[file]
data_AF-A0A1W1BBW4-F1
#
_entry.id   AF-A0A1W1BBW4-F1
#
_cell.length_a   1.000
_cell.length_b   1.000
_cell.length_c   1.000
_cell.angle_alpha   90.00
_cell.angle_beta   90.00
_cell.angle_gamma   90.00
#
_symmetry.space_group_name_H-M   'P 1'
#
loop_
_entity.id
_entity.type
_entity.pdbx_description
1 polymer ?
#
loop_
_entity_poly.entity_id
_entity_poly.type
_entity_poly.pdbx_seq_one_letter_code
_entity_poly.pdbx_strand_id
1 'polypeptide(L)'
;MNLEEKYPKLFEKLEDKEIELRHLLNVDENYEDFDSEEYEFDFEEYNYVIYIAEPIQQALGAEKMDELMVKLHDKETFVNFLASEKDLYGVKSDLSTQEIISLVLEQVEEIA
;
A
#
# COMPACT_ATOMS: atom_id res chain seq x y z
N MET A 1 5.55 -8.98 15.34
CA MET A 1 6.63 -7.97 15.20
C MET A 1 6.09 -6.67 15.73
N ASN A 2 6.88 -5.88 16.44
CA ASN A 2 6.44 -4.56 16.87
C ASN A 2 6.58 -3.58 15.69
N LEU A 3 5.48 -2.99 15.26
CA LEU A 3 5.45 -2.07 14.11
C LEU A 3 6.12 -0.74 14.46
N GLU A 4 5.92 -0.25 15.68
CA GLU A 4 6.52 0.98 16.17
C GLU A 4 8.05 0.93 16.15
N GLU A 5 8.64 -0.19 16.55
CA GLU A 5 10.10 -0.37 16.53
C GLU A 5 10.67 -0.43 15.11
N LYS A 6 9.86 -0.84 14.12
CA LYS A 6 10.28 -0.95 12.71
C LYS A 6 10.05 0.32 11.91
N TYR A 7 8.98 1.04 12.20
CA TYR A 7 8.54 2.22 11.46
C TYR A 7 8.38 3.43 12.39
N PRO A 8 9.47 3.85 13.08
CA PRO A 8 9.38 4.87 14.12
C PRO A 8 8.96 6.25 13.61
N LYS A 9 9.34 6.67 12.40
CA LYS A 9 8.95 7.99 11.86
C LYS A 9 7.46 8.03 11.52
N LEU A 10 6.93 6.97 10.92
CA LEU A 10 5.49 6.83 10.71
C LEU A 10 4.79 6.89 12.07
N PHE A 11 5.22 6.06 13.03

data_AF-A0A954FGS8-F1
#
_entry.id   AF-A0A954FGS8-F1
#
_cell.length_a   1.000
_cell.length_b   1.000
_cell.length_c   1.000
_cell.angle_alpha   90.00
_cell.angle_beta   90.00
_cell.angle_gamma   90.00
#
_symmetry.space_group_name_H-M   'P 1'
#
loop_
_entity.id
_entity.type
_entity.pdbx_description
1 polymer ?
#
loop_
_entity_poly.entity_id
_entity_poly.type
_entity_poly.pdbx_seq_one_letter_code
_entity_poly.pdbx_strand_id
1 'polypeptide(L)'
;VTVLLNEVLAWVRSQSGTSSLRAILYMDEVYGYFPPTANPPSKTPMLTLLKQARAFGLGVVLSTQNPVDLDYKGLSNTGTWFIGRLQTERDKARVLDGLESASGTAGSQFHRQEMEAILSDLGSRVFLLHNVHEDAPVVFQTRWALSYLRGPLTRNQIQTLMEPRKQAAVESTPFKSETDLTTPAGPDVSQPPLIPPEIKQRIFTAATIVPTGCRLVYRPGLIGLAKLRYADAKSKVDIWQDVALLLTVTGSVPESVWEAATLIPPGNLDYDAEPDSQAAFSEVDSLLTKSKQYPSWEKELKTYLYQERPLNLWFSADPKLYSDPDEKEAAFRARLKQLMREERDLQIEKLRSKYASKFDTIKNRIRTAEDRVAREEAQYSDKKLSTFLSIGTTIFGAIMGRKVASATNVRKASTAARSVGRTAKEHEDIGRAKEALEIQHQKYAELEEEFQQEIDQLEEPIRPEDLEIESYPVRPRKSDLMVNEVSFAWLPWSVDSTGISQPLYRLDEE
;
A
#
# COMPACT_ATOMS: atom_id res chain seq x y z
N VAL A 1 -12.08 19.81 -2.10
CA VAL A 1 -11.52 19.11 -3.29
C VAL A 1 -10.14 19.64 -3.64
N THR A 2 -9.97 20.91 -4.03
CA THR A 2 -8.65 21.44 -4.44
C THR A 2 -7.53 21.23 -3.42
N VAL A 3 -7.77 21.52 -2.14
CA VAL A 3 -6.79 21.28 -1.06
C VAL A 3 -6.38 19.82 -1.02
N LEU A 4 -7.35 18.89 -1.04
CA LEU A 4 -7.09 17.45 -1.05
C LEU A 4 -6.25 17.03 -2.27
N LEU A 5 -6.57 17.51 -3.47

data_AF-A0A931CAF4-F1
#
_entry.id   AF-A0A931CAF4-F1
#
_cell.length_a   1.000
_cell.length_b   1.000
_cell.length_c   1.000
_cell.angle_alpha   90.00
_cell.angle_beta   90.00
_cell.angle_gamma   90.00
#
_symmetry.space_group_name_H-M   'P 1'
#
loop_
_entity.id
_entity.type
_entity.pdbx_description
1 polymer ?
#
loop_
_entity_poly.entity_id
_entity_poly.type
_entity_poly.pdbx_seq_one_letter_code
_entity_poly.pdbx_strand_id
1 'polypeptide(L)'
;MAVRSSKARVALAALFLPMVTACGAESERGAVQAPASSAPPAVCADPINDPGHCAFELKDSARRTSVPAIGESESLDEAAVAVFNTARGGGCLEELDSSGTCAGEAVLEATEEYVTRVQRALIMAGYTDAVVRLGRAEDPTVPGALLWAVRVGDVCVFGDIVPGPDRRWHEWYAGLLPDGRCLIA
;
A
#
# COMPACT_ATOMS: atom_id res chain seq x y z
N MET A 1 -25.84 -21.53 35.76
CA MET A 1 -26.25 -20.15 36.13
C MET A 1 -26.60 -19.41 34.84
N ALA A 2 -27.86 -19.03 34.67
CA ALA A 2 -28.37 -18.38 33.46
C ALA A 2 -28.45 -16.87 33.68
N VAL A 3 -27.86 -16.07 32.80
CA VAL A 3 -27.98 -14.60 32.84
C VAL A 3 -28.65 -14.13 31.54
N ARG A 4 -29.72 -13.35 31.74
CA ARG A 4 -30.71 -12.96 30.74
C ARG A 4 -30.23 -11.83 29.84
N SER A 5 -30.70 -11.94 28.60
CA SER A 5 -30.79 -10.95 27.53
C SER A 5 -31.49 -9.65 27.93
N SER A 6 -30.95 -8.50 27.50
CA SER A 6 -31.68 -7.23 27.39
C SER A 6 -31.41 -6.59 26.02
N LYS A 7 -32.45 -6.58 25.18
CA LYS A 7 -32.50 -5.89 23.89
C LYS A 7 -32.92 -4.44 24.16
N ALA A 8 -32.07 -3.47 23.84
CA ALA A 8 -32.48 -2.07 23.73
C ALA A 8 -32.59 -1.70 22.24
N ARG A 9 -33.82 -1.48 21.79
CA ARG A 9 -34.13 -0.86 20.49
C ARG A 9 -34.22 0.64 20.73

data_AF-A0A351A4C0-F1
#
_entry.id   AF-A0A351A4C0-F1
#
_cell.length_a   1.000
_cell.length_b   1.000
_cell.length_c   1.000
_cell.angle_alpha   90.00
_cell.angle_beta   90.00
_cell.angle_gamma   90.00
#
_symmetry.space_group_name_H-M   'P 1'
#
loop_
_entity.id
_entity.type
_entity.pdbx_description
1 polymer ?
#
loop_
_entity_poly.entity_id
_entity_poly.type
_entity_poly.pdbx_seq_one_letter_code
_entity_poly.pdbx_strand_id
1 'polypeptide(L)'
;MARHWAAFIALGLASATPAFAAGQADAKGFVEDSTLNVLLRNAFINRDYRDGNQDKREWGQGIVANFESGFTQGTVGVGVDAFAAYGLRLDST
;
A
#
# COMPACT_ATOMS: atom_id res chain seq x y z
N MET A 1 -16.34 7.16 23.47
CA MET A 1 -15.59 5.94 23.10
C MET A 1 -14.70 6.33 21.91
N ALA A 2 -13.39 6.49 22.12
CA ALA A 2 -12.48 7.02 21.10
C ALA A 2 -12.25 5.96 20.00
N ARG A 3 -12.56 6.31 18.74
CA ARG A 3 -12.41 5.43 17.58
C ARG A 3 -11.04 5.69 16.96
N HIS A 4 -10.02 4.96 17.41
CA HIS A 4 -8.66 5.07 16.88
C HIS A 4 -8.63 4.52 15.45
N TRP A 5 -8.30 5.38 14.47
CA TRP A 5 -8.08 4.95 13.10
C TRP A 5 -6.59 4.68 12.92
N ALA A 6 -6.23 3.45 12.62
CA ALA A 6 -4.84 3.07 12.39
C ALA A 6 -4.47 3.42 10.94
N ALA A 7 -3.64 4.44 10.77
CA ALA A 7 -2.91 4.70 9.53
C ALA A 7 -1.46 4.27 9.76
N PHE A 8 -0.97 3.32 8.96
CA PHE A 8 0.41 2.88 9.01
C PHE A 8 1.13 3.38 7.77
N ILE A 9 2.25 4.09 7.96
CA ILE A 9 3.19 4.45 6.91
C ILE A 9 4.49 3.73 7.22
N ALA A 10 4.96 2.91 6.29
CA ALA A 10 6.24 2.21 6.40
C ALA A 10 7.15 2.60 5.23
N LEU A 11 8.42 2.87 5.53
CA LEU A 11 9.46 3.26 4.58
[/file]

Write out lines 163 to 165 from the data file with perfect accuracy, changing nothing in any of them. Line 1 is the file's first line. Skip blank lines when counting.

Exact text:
#
_entry.id   AF-A0A351A4C0-F1
#